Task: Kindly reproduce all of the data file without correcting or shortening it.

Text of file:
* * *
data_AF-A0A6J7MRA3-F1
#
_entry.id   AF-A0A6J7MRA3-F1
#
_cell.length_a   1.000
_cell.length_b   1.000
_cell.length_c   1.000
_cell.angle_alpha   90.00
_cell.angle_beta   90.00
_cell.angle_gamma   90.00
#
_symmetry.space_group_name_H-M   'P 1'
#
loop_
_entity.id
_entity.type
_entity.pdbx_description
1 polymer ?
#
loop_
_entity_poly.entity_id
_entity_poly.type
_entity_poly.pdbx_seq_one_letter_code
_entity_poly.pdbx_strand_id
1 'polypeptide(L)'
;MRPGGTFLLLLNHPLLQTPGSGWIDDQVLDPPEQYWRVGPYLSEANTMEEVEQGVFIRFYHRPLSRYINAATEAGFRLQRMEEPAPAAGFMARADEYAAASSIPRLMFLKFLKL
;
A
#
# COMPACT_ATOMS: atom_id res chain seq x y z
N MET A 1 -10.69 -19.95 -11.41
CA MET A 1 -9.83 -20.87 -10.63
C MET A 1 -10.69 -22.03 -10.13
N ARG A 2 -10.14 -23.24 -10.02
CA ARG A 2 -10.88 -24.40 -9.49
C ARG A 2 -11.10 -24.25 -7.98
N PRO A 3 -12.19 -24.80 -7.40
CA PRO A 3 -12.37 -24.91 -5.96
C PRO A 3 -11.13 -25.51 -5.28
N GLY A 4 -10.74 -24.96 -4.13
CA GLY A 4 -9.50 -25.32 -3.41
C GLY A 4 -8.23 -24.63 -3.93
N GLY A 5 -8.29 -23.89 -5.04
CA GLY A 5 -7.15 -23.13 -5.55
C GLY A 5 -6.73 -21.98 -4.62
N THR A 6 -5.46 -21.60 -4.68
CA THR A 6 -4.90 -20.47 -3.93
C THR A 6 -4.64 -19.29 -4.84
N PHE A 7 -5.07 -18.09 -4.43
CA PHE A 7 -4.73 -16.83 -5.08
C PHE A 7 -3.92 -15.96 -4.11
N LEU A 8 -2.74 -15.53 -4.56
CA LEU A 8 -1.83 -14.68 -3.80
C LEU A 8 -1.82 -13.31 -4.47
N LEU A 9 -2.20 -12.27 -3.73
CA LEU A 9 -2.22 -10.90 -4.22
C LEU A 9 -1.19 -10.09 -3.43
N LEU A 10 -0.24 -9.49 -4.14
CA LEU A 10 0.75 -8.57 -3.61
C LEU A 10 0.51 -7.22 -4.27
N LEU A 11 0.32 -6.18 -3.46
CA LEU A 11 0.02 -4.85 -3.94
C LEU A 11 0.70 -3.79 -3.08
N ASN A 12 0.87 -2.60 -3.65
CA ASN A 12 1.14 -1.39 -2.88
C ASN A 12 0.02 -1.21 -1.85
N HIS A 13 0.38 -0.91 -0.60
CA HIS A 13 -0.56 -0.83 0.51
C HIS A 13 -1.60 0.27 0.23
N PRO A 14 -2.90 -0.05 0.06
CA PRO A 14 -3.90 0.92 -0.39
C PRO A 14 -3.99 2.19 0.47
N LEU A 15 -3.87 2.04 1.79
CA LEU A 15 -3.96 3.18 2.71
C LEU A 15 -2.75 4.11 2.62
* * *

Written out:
data_AF-A0A6J7MRA3-F1
#
_entry.id   AF-A0A6J7MRA3-F1
#
_cell.length_a   1.000
_cell.length_b   1.000
_cell.length_c   1.000
_cell.angle_alpha   90.00
_cell.angle_beta   90.00
_cell.angle_gamma   90.00
#
_symmetry.space_group_name_H-M   'P 1'
#
loop_
_entity.id
_entity.type
_entity.pdbx_description
1 polymer ?
#
loop_
_entity_poly.entity_id
_entity_poly.type
_entity_poly.pdbx_seq_one_letter_code
_entity_poly.pdbx_strand_id
1 'polypeptide(L)'
;MRPGGTFLLLLNHPLLQTPGSGWIDDQVLDPPEQYWRVGPYLSEANTMEEVEQGVFIRFYHRPLSRYINAATEAGFRLQRMEEPAPAAGFMARADEYAAASSIPRLMFLKFLKL
;
A
#
# COMPACT_ATOMS: atom_id res chain seq x y z
N MET A 1 -10.69 -19.95 -11.41
CA MET A 1 -9.83 -20.87 -10.63
C MET A 1 -10.69 -22.03 -10.13
N ARG A 2 -10.14 -23.24 -10.02
CA ARG A 2 -10.88 -24.40 -9.49
C ARG A 2 -11.10 -24.25 -7.98
N PRO A 3 -12.19 -24.80 -7.40
CA PRO A 3 -12.37 -24.91 -5.96
C PRO A 3 -11.13 -25.51 -5.28
N GLY A 4 -10.74 -24.96 -4.13
CA GLY A 4 -9.50 -25.32 -3.41
C GLY A 4 -8.23 -24.63 -3.93
N GLY A 5 -8.29 -23.89 -5.04
CA GLY A 5 -7.15 -23.13 -5.55
C GLY A 5 -6.73 -21.98 -4.62
N THR A 6 -5.46 -21.60 -4.68
CA THR A 6 -4.90 -20.47 -3.93
C THR A 6 -4.64 -19.29 -4.84
N PHE A 7 -5.07 -18.09 -4.43
CA PHE A 7 -4.73 -16.83 -5.08
C PHE A 7 -3.92 -15.96 -4.11
N LEU A 8 -2.74 -15.53 -4.56
CA LEU A 8 -1.83 -14.68 -3.80
C LEU A 8 -1.82 -13.31 -4.47
N LEU A 9 -2.20 -12.27 -3.73
CA LEU A 9 -2.22 -10.90 -4.22
C LEU A 9 -1.19 -10.09 -3.43
N LEU A 10 -0.24 -9.49 -4.14
CA LEU A 10 0.75 -8.57 -3.61
C LEU A 10 0.51 -7.22 -4.27
N LEU A 11 0.32 -6.18 -3.46
CA LEU A 11 0.02 -4.85 -3.94
C LEU A 11 0.70 -3.79 -3.08
N ASN A 12 0.87 -2.60 -3.65
CA ASN A 12 1.14 -1.39 -2.88
C ASN A 12 0.02 -1.21 -1.85
N HIS A 13 0.38 -0.91 -0.60
CA HIS A 13 -0.56 -0.83 0.51
C HIS A 13 -1.60 0.27 0.23
N PRO A 14 -2.90 -0.05 0.06
CA PRO A 14 -3.90 0.92 -0.39
C PRO A 14 -3.99 2.19 0.47
N LEU A 15 -3.87 2.04 1.79
CA LEU A 15 -3.96 3.18 2.71
C LEU A 15 -2.75 4.11 2.62